'It's the plum job of the year': Who should be Sydney's 24-hour economy tsar?

The NSW government will appoint a 24-Hour Economy Co-ordinator General as part of a new strategy to revamp and bolster Sydney's nightlife, and aid the state's recovery from COVID-19.

Announced last week, the co-ordinator's job is to "champion the sector across government", bring together councils, industry and other stakeholders and accelerate Sydney's development into a proper 24-hour global city.

But who is the right person for the gig? The Sun-Herald asked around town for some suggestions.

City of Sydney councillor Jess Miller.

City of Sydney councillor Jess Miller.Credit:Dominic Lorrimer

City of Sydney councillor Jess Miller was one of the youngest people to hold office at the City of Sydney when she was elected in 2016, aged 32, as part of Clover Moore's team. In her time on the council she has focused on enhancing the night-time economy, working closely with musicians, artists and small bar owners.

She's a popular choice, name-checked by several industry players including Solotel Group boss Justine Baker. "She really helped design Sydney," Ms Baker says. "She's what we need."

The Solotel CEO says the whole hospitality industry is hanging on who the government will pick. "It's a changemaker and it's the plum job of the year. The expectations the industry will have on that person are going to be pretty high. We'd like a night owl, someone who likes to stay up late."

Last year Craig Laundy walked away from government, giving up his federal seat of Reid after a bruising term which saw his best friend in politics, Malcolm Turnbull, removed from the highest office in the land.

Craig Laundy

Craig LaundyCredit:Louise Kennerley

Laundy ticks a lot of boxes: he's the son of pub baron Arthur Laundy, whose family owns dozens of Sydney venues. And he's a card-carrying moderate Liberal who can dance with the powers-that-be.

He says - perhaps cheekily - that he'd walk away from his hotel empire tomorrow to help fix the city's nightlife. "I think it's that important, and has been neglected for far too long," he says.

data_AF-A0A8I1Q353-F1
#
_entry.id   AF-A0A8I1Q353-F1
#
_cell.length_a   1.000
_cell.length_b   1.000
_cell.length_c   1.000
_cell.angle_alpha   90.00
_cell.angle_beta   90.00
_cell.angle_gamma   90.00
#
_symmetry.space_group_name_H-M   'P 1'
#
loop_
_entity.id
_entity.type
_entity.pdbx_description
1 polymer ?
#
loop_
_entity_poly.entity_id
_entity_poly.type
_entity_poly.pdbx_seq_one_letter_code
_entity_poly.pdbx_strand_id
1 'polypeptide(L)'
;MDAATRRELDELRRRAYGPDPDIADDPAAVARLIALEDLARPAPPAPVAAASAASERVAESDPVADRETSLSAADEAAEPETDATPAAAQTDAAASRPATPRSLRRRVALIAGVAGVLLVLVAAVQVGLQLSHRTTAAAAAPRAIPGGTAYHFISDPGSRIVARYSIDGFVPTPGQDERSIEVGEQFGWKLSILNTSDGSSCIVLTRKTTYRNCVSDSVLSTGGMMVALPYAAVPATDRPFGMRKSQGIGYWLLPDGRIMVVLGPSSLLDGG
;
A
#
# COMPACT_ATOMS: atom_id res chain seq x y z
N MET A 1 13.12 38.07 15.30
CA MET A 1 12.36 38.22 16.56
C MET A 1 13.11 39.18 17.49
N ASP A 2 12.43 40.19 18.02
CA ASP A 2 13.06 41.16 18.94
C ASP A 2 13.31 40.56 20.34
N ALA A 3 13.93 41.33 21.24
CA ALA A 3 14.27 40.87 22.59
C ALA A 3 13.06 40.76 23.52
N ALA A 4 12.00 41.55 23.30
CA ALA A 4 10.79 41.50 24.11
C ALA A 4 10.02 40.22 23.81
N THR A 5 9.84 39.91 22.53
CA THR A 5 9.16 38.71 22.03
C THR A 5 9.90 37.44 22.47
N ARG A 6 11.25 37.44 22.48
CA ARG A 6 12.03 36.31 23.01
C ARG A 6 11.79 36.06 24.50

"I am sick and tired of Victoria and Queensland historically having the jump on us when it comes to the late-night economy. And I can't think of any better time to take the momentum back given that both of those two states are shut."

Michael Rodrigues of the Night Time Industries Association

Michael Rodrigues of the Night Time Industries Association

As chair of the Night-Time Industries Association, Michael Rodrigues was instrumental in the push to wind back the lockout laws and promote a diverse late-night economy. His other job - managing director of Time Out magazine - is all about showcasing Sydney to its residents and visitors.

He'd be a bold choice for a government job, but Rodrigues is certainly open to the idea. "I've got a passion for Sydney and for seeing the strategy come to life," he says. "Irrespective of whether it's as Co-ordinator General or not, that's what my ambition is. It's sort of my brand."

Rodrigues says the architecture of the government's strategy is sound but it needs to be matched by a good slab of money. "Anyone who's serious about it would be asking: who's the minister, what are the resources, who are the staff and how would you be supported," he says.

The City of Sydney's night time planning co-ordinator Libby Harris.